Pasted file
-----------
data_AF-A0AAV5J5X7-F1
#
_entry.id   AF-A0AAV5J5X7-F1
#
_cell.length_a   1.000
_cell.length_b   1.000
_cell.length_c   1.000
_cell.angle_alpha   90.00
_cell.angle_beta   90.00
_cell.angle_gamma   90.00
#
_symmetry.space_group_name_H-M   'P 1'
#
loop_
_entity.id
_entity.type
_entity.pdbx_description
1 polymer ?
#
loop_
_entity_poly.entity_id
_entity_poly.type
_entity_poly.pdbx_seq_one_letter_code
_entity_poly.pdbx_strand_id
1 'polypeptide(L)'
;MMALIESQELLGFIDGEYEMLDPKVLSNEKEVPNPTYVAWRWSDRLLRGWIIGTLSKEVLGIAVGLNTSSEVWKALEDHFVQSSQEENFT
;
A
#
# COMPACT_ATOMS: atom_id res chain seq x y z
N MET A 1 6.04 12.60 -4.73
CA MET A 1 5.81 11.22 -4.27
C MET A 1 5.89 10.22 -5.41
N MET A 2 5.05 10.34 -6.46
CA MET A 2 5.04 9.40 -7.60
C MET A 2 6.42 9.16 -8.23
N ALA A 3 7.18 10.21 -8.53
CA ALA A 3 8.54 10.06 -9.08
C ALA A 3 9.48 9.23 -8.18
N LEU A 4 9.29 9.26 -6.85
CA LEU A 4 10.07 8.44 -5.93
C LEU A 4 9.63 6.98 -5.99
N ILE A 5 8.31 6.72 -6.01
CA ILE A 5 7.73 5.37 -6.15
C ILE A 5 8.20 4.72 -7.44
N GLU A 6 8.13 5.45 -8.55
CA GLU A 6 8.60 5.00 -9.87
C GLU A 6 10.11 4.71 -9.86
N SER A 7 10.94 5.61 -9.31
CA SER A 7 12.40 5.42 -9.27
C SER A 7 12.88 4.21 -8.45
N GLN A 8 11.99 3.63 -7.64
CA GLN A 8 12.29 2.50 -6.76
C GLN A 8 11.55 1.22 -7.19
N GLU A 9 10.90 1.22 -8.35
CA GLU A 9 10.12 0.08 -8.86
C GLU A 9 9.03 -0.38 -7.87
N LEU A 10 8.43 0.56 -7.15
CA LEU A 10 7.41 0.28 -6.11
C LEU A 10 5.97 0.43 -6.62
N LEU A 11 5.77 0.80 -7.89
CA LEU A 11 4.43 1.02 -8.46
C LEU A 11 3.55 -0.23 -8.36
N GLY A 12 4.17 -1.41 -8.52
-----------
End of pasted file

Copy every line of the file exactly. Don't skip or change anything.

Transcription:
data_AF-A0AAV5J5X7-F1
#
_entry.id   AF-A0AAV5J5X7-F1
#
_cell.length_a   1.000
_cell.length_b   1.000
_cell.length_c   1.000
_cell.angle_alpha   90.00
_cell.angle_beta   90.00
_cell.angle_gamma   90.00
#
_symmetry.space_group_name_H-M   'P 1'
#
loop_
_entity.id
_entity.type
_entity.pdbx_description
1 polymer ?
#
loop_
_entity_poly.entity_id
_entity_poly.type
_entity_poly.pdbx_seq_one_letter_code
_entity_poly.pdbx_strand_id
1 'polypeptide(L)'
;MMALIESQELLGFIDGEYEMLDPKVLSNEKEVPNPTYVAWRWSDRLLRGWIIGTLSKEVLGIAVGLNTSSEVWKALEDHFVQSSQEENFT
;
A
#
# COMPACT_ATOMS: atom_id res chain seq x y z
N MET A 1 6.04 12.60 -4.73
CA MET A 1 5.81 11.22 -4.27
C MET A 1 5.89 10.22 -5.41
N MET A 2 5.05 10.34 -6.46
CA MET A 2 5.04 9.40 -7.60
C MET A 2 6.42 9.16 -8.23
N ALA A 3 7.18 10.21 -8.53
CA ALA A 3 8.54 10.06 -9.08
C ALA A 3 9.48 9.23 -8.18
N LEU A 4 9.29 9.26 -6.85
CA LEU A 4 10.07 8.44 -5.93
C LEU A 4 9.63 6.98 -5.99
N ILE A 5 8.31 6.72 -6.01
CA ILE A 5 7.73 5.37 -6.15
C ILE A 5 8.20 4.72 -7.44
N GLU A 6 8.13 5.45 -8.55
CA GLU A 6 8.60 5.00 -9.87
C GLU A 6 10.11 4.71 -9.86
N SER A 7 10.94 5.61 -9.31
CA SER A 7 12.40 5.42 -9.27
C SER A 7 12.88 4.21 -8.45
N GLN A 8 11.99 3.63 -7.64
CA GLN A 8 12.29 2.50 -6.76
C GLN A 8 11.55 1.22 -7.19
N GLU A 9 10.90 1.22 -8.35
CA GLU A 9 10.12 0.08 -8.86
C GLU A 9 9.03 -0.38 -7.87
N LEU A 10 8.43 0.56 -7.15
CA LEU A 10 7.41 0.28 -6.11
C LEU A 10 5.97 0.43 -6.62
N LEU A 11 5.77 0.80 -7.89
CA LEU A 11 4.43 1.02 -8.46
C LEU A 11 3.55 -0.23 -8.36
N GLY A 12 4.17 -1.41 -8.52